Since the beginning of May, two Multi-purpose All-Terrain Autonomous Robots, called MATAR, have been deployed at isolated migrant worker dormitories in the eastern part of Singapore as part of the Government’s effort against the COVID-19 outbreak.
The MATAR is used by police to help patrol migrant worker dormitories that have been gazetted as isolation areas to ensure that residents adhere to safe distancing measures.
MATAR is equipped with a 360-degree camera, which covers any blind spots during patrols, as well as a retractable two-metre-tall mast, which can provide a higher vantage point, helping police officers to cover more ground while patrolling.
Inspector Teo Wan Ling, a team leader at Changi Neighbourhood Police Centre told the media that the robots can reduce the need for officers to be physically close to workers who are under quarantine.
However, the robots can only move on a flat ground, so the officers will still need to attend to incidents that happen in a room personally as the robots cannot access to these areas, says Inspector Teo.
Noting that dormitories have a “sizeable” number of workers, Inspector Teo said, “Sometimes when they queue up for their food, they don’t adhere to the safe distancing measures. So in this case, you can just give them a verbal reminder over the Matar.”
She explained that the robot, which has functions such as cameras and speakers, will give verbal reminders to the workers, as the robots are controlled remotely by an operator in a command centre.
“The Matar also plays a deterrent role,” she said, adding that the workers generally tend to adhere to the safe distancing measures when they see the robot patrolling.
She also mentioned that the workers were initially curious about the robots, but slowly got used to it.
Developed by the Home Team Science and Technology Agency’s Robotics, Automation and Unmanned Systems Centre of Expertise, together with ST Engineering and the Agency for Science, Technology and Research, the autonomous robot can navigate itself so it can bypass the stationary and moving obstacles in its way.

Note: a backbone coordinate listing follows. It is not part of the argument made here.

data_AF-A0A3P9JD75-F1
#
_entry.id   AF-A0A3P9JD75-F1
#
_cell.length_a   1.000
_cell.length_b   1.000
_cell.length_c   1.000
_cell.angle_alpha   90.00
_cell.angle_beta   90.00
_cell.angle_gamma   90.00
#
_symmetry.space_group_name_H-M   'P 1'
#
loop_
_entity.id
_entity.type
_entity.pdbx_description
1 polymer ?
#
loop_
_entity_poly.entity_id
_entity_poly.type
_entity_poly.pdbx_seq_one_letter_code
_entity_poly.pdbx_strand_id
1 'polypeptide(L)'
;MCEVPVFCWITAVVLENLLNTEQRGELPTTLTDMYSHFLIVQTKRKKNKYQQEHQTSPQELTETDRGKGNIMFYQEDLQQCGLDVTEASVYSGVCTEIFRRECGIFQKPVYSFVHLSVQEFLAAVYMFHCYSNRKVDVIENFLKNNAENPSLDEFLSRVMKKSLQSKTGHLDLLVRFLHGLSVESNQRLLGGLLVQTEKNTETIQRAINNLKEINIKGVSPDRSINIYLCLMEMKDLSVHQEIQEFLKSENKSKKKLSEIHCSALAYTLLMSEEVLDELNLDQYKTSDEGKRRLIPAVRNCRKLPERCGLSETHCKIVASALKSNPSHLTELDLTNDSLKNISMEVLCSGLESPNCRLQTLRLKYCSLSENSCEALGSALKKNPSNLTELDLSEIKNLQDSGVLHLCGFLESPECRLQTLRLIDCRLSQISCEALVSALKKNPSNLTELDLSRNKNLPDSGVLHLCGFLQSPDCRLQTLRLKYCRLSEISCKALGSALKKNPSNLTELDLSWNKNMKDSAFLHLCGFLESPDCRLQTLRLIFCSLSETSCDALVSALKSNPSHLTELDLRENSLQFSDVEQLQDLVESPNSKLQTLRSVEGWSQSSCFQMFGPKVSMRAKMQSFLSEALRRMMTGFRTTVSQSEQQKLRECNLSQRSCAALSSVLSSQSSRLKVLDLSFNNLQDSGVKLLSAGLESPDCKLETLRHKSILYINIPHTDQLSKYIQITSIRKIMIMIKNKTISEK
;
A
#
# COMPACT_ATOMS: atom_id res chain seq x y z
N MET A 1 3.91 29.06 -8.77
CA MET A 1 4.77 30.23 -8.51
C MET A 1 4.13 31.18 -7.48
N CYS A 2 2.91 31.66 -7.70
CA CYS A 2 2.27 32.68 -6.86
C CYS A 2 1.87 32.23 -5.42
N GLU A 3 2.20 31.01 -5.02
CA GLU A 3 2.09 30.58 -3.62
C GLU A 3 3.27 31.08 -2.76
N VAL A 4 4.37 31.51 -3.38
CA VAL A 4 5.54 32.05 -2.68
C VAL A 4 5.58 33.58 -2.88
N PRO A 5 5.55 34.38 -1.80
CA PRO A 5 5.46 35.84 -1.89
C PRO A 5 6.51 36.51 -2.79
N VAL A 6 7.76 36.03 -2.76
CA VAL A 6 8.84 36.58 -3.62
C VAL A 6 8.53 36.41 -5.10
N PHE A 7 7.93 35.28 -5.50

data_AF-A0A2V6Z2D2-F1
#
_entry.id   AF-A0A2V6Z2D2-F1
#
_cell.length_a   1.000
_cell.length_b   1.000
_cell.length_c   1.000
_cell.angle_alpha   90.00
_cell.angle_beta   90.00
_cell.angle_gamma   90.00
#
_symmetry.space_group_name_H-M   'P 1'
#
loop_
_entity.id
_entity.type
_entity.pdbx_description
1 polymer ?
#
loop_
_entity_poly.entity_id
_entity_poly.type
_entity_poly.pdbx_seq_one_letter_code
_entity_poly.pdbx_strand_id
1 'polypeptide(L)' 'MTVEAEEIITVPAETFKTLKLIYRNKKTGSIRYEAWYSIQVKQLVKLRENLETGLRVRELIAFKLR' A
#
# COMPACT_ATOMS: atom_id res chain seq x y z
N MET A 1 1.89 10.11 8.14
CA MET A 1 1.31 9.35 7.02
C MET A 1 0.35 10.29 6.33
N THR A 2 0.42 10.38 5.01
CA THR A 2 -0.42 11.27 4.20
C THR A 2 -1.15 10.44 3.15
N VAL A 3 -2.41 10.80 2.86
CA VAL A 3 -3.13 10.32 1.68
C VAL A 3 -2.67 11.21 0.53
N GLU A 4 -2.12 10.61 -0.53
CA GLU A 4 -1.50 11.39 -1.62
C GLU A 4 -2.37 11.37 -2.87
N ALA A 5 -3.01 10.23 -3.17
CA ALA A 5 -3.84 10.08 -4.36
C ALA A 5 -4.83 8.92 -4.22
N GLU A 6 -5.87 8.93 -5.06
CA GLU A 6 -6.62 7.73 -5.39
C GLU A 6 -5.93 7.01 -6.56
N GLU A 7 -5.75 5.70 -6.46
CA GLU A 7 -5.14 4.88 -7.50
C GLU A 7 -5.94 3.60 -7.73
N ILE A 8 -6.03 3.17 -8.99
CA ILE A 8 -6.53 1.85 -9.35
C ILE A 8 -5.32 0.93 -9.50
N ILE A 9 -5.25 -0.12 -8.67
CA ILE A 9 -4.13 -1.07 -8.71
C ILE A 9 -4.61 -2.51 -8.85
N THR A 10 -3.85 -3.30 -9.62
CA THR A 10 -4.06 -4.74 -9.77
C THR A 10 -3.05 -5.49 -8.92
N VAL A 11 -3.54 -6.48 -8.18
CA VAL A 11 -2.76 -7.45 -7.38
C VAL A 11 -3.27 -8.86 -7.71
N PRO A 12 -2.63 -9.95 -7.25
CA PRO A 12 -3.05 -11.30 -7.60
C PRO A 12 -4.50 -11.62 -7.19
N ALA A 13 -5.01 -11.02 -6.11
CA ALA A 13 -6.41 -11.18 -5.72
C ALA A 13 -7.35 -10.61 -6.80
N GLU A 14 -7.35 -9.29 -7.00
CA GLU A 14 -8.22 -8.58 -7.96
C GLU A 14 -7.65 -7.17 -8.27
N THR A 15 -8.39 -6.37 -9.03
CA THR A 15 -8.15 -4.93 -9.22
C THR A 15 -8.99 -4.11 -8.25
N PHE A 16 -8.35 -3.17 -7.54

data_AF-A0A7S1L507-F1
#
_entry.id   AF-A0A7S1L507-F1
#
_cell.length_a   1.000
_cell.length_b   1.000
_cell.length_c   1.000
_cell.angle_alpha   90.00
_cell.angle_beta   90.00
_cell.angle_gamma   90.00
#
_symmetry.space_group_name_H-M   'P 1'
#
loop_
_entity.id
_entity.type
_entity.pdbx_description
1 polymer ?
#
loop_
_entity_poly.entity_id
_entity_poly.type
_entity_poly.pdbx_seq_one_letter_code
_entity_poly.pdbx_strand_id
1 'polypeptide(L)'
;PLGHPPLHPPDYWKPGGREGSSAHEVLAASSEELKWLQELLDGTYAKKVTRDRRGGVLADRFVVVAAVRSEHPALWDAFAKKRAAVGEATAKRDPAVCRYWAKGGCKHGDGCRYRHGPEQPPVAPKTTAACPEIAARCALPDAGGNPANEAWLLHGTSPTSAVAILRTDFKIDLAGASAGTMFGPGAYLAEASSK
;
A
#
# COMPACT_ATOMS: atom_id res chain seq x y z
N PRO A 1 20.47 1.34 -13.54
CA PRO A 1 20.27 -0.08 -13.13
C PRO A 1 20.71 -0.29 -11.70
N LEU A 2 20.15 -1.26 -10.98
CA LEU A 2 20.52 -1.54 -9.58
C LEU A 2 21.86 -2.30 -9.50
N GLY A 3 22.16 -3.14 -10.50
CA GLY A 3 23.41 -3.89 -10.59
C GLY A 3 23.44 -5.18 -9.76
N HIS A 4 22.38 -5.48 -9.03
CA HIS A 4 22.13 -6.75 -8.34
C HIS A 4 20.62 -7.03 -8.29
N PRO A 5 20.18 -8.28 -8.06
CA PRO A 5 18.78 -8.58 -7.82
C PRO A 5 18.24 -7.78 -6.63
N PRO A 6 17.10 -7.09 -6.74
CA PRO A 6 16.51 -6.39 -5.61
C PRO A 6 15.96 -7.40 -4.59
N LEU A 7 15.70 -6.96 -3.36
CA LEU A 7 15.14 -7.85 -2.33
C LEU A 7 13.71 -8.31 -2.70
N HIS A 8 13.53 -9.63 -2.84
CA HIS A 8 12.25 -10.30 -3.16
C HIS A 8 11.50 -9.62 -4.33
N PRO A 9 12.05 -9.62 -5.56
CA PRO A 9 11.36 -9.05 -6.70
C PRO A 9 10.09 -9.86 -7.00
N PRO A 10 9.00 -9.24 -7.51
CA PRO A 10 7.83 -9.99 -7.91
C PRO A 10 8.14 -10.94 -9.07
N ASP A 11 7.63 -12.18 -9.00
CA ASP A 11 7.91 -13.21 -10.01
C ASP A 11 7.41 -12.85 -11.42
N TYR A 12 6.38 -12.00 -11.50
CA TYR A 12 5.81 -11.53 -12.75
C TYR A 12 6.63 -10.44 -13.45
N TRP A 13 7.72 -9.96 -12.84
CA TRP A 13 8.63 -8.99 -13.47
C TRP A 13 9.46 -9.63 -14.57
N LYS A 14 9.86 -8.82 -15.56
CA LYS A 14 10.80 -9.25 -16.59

Aside from this, the police also plans to broadcast anti-scam messages in a few languages through the robot’s speakers, according to Assistant Superintendent of Police Daniel Toh, operations officer in the police’s future operations and planning division.
He explained, “The robot actually helps us to automate some routine as well as mundane tasks, so officers don’t have to travel and do the footwork.
“Instead, these robots can help to reduce human fatigue and perform the jobs available,” he added.
Unfortunately, the deployment of MATAR robots have received unfavourable responses from netizens. Penning their thoughts on the Facebook page of Mothership.sg and The Straits Times, netizens commented that the autonomous robots are “waste of money” and questioned the costs of developing this robot.
A netizen expressed that it will be more useful to purchase more testing kits in the midst of COVID-19 pandemic, instead of wasting money on the robot.
As MATAR only functions as patrol robots, other netizens opined that it does not help much because the robots cannot assist police officers in chasing culprits if there is an emergency. They also questioned the durability of the robot, asking whether the robots are immune from vandalism.
While a few netizens suggested that the autonomous robot should be deployed at Robertson Quay. The netizens are referring to the issue of non-Singaporeans breaching the social distancing measures and gathering at Robertson Quay last week.
Besides criticisms, a few netizens welcomed the innovation of the robots, saying that it is part of the precautions to reduce the risk of infection among frontliners. Not only this, the robots can take photos of those who breach safe distancing rules which would help to save time as well, they added.